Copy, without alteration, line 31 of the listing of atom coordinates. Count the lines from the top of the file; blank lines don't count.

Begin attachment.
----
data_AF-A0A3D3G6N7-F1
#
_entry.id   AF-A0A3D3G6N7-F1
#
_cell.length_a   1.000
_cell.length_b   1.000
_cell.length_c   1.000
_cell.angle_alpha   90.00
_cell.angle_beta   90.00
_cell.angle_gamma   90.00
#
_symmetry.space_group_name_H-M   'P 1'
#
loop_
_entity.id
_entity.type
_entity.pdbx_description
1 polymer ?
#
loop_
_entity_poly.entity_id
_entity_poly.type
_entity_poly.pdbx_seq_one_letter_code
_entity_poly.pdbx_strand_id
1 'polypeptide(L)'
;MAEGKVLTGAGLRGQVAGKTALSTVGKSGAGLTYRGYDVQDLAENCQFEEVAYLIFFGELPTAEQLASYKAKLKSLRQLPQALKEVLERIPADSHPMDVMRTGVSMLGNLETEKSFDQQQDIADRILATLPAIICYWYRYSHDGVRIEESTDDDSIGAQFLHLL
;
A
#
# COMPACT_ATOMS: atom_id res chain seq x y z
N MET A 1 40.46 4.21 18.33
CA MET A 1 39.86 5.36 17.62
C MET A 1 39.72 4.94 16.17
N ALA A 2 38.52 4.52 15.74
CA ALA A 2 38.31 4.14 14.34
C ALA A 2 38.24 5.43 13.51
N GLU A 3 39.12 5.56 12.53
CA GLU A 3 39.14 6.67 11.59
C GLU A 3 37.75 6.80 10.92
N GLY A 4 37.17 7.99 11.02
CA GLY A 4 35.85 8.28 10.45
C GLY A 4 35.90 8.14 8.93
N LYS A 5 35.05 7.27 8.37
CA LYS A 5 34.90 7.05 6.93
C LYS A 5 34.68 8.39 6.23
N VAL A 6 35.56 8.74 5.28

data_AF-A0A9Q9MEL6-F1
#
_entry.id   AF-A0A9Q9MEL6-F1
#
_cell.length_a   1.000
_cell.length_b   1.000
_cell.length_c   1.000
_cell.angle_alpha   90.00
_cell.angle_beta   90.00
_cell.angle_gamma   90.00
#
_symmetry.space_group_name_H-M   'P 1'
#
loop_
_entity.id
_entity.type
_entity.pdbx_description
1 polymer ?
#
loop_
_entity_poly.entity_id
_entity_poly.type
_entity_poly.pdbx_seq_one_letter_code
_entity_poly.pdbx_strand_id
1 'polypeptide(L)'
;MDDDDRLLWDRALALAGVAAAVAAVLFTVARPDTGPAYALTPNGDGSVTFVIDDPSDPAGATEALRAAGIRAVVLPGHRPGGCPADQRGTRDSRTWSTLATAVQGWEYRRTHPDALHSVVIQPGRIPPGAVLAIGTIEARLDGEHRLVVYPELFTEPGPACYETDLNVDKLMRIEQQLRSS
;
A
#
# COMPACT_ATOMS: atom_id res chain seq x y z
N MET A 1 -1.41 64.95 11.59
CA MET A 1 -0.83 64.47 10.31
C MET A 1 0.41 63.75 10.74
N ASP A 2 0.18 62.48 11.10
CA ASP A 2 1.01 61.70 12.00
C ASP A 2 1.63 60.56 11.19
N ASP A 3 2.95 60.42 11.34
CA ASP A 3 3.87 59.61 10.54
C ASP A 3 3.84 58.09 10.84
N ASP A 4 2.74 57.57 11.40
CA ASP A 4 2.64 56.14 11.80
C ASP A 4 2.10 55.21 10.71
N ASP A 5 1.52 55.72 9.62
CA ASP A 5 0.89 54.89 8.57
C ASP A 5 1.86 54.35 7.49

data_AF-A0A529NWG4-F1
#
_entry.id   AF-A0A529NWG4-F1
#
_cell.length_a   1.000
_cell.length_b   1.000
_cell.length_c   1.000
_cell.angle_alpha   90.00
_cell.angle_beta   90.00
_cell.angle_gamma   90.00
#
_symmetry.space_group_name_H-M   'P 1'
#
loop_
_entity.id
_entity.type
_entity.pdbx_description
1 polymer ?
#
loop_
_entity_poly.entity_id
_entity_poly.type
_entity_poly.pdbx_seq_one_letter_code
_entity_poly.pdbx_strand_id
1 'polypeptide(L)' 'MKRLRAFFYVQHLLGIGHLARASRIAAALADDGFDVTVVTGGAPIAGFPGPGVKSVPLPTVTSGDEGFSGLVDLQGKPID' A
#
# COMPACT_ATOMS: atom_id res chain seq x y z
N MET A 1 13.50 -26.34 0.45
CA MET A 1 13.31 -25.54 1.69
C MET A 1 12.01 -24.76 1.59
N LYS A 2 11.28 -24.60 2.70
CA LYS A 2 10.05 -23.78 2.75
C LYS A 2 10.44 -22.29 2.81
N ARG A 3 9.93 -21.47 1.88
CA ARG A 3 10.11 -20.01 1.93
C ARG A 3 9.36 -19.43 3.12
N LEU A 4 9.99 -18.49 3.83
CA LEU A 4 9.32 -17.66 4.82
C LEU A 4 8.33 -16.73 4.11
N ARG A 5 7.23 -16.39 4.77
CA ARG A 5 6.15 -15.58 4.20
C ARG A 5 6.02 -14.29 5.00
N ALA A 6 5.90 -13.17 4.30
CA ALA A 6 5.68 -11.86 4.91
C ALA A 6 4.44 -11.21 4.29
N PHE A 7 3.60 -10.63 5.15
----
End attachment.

N MET A 1 40.46 4.21 18.33